6. ^ A catalogue of books of the Mercantile Library Association. 1850; p.5.
  7. ^ Edward Everett. Importance of practical education and useful knowledge: being a selection from his orations and other discourses. Marsh, Capen, Lyon, and Webb, 1840; p.307+
  8. ^ Ralph Waldo Emerson. Nature, and other miscellanies. Milford, 1922; p.254+.
  9. ^ The works of Charles Sumner, Volume 1. Lee and Shepard, 1870; p.383+
  10. ^ Celebration of the 124th anniversary of the birthday of Washington. February 22, 1856. Boston: Watson's Press, 1856.
  11. ^ Robert Charles Winthrop. Addresses and Speeches on Various Occasions. Little, Brown, and Company, 1867.
  12. ^ Merchants' magazine, Volume 21. 1849; p.135.
  13. ^ Edward Edwards. A Statistical View of the Principal Public Libraries in Europe and the United States of North America. Journal of the Statistical Society of London, Vol. 11, No. 3 (Aug., 1848)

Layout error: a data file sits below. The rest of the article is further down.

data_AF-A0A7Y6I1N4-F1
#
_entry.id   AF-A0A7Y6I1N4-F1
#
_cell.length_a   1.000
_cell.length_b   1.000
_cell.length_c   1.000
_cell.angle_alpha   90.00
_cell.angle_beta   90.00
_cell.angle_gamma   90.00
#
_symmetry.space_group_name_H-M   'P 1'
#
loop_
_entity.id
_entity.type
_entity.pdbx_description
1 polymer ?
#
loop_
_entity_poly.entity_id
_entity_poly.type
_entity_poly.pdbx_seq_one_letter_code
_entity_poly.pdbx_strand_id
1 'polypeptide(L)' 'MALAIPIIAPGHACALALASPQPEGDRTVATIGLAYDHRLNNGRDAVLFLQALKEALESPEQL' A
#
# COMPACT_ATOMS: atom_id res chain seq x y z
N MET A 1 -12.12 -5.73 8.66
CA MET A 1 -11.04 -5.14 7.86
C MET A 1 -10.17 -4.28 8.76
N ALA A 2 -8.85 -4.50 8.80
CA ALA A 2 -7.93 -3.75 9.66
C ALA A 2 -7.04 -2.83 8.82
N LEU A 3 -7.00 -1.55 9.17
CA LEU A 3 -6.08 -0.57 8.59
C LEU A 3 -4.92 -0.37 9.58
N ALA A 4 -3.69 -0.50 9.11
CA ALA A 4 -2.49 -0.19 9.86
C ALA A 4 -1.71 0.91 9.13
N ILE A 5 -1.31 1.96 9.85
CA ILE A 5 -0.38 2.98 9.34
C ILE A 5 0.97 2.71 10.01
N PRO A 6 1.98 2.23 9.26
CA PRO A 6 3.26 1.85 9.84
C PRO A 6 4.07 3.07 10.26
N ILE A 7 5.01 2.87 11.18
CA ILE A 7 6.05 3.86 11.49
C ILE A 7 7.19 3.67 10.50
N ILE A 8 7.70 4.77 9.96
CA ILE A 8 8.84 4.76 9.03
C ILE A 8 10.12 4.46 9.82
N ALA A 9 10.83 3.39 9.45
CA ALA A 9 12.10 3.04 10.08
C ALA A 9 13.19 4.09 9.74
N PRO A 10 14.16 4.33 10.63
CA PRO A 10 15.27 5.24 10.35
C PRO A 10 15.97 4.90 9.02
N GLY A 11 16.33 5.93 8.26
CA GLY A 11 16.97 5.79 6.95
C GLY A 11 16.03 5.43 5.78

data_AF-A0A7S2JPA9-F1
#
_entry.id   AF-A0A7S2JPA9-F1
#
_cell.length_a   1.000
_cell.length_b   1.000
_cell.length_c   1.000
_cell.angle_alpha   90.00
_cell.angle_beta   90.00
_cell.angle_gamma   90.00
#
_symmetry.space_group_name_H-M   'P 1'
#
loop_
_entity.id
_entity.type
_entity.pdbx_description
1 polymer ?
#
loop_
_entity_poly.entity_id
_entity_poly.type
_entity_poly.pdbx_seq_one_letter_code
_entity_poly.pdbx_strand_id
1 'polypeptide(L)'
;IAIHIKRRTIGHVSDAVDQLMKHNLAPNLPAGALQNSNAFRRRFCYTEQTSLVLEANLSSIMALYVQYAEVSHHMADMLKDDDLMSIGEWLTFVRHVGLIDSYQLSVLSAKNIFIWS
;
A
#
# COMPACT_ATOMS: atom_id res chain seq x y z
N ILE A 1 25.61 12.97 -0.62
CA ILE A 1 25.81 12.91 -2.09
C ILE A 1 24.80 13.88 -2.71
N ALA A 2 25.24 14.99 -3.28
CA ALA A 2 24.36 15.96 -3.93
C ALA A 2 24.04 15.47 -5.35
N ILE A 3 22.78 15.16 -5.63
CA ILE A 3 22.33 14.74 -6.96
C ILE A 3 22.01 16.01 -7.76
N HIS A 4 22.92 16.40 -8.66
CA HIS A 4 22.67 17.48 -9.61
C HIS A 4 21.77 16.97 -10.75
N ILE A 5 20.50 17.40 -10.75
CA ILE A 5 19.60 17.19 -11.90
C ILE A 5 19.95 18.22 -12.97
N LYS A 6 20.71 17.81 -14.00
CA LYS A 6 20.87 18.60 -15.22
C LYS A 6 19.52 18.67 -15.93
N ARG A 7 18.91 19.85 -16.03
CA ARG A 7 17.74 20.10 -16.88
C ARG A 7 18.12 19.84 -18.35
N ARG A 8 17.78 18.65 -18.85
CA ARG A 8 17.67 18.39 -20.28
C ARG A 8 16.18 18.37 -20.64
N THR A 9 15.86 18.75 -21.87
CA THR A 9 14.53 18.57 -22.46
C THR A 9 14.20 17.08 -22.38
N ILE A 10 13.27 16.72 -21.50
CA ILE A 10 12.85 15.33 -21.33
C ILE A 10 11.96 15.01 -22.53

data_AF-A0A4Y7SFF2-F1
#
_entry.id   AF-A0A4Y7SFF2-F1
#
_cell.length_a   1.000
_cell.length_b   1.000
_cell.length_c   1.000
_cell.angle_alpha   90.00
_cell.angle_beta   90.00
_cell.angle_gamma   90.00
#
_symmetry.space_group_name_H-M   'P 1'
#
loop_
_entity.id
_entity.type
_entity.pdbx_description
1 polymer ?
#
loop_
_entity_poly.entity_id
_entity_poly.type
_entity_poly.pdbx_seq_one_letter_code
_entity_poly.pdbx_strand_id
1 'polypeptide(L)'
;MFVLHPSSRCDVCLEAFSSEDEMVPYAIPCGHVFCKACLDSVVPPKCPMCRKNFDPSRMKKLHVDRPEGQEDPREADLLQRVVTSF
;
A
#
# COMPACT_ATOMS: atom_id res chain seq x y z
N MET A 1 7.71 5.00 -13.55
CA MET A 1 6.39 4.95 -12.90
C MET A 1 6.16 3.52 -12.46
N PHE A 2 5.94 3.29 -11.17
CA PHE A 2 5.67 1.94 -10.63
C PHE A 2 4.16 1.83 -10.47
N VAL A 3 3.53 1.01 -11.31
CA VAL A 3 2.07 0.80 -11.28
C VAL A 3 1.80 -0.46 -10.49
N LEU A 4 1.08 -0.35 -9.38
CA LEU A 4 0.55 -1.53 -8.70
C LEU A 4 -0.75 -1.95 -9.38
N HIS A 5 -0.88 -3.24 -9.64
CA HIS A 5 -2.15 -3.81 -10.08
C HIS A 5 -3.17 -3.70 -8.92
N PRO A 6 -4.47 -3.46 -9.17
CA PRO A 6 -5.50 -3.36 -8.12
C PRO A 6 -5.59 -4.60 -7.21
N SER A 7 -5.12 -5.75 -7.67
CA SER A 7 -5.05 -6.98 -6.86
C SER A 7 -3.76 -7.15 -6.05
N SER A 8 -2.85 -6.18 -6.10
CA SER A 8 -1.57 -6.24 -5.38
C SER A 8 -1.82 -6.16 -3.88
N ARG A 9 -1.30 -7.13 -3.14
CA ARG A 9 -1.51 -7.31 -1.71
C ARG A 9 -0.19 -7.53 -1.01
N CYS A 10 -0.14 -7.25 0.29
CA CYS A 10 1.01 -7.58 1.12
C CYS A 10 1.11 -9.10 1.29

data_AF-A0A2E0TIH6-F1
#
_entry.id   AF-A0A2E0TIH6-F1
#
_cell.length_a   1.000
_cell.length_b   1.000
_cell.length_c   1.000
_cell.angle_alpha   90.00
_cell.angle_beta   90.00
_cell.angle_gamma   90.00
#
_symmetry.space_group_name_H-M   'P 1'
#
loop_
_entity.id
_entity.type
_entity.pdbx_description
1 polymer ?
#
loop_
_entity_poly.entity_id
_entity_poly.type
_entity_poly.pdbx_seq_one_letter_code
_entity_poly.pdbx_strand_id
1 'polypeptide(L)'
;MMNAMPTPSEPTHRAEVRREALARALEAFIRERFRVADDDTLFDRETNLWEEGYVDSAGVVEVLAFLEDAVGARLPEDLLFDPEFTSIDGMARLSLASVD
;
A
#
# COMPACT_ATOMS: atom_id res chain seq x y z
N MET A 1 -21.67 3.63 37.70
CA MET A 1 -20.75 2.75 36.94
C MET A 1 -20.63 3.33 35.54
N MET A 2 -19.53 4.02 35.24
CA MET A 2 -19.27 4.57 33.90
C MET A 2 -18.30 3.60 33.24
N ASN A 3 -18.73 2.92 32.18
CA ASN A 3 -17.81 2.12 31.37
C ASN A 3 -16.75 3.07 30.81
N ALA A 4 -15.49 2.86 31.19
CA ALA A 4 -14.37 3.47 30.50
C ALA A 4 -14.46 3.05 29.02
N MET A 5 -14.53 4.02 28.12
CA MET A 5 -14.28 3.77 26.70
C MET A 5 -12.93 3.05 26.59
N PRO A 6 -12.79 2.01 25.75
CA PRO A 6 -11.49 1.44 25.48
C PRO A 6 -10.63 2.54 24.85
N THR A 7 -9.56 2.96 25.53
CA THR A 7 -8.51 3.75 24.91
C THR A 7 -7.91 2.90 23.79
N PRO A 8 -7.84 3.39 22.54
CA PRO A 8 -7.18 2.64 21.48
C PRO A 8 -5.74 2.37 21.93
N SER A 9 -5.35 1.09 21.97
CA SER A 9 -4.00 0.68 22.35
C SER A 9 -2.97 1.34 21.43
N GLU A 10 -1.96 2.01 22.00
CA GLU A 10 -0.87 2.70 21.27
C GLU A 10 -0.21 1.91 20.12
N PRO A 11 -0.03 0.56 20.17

14. ^ Boston Directory. 1851.
  15. ^ Boston Directory. 1861.
  16. ^ Boston Directory. 1868.
  17. ^ Walter Muir Whitehill. Boston Public Library: a centennial history. Harvard Univ. Press, 1956. p.124-125.
  18. ^ Horace G. Wadlin. The Public Library of the city of Boston: a history. Boston, 1911; p.113, 160.
  19. ^ Edward Everett. An address, delivered before the Mercantile Library Association, at the Odeon in Boston, September 13, 1838. Boston, W. D. Ticknor, 1838.
  20. ^ J.T. Fields. Anniversary poem, delivered before the Mercantile library Association of Boston, September 13, 1838. Boston, W.D. Ticknor, 1838.
  21. ^ Park Benjamin. Infatuation: a poem, spoken before the Mercantile Library Association of Boston, October 9, 1844. W. D. Ticknor and company, 1844.
  22. ^ a b c d e f g h i j k l 30th Annual Report [for 1849] of the Mercantile Library Association of Boston. 1850
  23. ^ Thomas Greaves Cary. The dependence of the fine arts for encouragement, in a republic, on the security of property: with an enquiry into the causes of frequent failure among men of business : an address delivered before the Boston Mercantile Library Association, November 13, 1844. C.C. Little & J. Brown, 1845.